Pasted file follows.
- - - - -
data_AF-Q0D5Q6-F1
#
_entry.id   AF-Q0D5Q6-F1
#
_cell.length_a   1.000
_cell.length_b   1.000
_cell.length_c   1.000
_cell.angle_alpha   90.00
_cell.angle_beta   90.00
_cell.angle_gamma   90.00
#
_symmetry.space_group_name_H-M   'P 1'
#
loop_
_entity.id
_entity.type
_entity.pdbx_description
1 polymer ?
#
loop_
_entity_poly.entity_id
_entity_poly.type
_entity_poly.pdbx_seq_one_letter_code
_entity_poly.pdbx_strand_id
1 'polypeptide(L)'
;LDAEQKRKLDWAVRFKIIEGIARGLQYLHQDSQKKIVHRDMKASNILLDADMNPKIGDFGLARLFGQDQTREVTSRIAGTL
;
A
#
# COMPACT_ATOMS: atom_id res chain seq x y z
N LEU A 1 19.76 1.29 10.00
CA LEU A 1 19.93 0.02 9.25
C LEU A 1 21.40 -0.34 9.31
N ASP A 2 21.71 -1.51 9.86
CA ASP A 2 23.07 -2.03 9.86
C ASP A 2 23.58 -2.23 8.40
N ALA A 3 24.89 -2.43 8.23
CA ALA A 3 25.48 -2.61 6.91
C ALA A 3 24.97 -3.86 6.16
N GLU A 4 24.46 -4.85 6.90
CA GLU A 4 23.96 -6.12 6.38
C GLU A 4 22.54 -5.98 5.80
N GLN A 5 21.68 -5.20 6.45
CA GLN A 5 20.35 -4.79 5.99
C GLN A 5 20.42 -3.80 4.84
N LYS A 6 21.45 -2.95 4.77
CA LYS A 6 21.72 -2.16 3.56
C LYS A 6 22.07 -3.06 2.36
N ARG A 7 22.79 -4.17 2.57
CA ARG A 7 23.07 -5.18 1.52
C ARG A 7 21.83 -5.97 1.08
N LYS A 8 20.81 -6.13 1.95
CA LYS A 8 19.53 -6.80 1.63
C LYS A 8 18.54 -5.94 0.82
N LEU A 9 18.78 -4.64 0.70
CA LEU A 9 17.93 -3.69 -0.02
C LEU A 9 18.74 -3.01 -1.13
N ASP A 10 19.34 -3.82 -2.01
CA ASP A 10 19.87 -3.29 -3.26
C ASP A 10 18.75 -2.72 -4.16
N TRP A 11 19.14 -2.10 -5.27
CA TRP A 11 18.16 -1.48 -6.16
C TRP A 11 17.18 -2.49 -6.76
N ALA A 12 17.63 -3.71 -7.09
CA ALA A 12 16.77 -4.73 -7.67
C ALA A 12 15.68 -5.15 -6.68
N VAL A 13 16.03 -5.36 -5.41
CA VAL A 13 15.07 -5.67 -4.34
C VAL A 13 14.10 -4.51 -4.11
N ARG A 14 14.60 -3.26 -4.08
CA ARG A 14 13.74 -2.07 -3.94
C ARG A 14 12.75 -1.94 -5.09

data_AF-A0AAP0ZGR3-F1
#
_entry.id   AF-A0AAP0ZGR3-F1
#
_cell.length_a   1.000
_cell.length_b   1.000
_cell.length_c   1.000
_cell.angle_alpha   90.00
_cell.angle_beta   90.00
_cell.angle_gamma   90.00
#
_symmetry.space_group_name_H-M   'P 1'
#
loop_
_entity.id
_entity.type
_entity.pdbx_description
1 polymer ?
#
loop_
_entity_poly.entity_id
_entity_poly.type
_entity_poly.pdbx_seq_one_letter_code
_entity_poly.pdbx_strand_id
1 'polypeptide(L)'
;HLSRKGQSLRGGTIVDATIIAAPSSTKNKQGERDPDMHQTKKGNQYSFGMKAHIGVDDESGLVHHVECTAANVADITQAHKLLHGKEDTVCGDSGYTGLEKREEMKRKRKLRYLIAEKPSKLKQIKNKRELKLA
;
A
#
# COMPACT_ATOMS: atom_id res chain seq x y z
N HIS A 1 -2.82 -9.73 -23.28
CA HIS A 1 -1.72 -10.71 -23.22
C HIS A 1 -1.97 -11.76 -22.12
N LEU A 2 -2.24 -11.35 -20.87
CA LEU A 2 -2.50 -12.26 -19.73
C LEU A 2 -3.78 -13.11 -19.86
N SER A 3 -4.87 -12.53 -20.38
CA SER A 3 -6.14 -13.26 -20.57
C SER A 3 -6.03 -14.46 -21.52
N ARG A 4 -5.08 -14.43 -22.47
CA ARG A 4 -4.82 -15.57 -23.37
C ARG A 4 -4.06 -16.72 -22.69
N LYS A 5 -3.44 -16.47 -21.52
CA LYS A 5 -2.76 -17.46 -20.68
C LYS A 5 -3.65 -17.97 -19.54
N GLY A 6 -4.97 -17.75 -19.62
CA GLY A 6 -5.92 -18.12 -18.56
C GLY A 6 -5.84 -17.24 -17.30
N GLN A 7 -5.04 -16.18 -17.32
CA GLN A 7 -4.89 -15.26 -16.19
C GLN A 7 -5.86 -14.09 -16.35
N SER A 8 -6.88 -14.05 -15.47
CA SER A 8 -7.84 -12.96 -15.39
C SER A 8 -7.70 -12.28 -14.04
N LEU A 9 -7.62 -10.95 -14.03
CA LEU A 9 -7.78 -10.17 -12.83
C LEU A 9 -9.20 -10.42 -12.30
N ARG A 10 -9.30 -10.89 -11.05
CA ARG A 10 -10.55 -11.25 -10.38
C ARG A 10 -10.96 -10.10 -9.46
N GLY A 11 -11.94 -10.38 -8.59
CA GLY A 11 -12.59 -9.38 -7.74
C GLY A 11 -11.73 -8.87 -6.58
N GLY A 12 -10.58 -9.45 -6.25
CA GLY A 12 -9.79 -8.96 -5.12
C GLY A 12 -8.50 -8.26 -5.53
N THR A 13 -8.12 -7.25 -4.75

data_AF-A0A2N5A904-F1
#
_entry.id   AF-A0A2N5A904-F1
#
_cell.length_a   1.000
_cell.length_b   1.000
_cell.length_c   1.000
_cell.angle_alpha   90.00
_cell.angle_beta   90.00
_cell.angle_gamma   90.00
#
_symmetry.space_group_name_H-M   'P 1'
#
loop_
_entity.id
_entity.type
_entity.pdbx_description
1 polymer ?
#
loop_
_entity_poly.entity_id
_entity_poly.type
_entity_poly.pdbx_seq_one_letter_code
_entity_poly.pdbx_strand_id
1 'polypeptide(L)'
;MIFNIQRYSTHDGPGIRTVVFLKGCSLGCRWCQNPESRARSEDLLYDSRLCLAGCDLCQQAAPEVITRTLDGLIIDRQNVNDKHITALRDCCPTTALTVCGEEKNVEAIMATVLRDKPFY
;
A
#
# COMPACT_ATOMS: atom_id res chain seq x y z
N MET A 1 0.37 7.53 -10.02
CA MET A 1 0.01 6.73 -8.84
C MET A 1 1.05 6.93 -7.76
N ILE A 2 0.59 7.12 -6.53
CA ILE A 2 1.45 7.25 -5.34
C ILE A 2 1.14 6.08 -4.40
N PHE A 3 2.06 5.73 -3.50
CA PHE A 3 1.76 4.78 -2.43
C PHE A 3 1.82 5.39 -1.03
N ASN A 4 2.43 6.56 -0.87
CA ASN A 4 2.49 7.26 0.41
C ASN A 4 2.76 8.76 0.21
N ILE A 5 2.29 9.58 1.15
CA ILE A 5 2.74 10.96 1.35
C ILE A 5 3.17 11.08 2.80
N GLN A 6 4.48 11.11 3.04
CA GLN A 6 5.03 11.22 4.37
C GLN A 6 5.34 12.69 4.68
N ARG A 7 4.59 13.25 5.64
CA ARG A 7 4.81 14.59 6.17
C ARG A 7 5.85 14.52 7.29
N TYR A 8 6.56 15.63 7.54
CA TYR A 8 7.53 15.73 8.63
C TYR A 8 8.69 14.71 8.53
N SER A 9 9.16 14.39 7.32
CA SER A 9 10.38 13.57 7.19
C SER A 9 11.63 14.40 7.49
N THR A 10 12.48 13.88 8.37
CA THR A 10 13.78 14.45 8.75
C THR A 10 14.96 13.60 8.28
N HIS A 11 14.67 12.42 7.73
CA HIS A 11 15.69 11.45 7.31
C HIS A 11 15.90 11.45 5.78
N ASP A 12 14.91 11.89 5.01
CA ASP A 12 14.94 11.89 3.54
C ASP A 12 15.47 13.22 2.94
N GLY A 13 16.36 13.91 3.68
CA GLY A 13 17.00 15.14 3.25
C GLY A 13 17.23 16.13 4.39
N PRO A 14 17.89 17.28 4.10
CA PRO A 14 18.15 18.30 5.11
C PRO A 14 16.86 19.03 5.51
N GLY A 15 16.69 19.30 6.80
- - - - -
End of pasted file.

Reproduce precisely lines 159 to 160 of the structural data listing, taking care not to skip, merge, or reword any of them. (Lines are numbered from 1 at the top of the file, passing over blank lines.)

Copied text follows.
loop_
_entity_poly.entity_id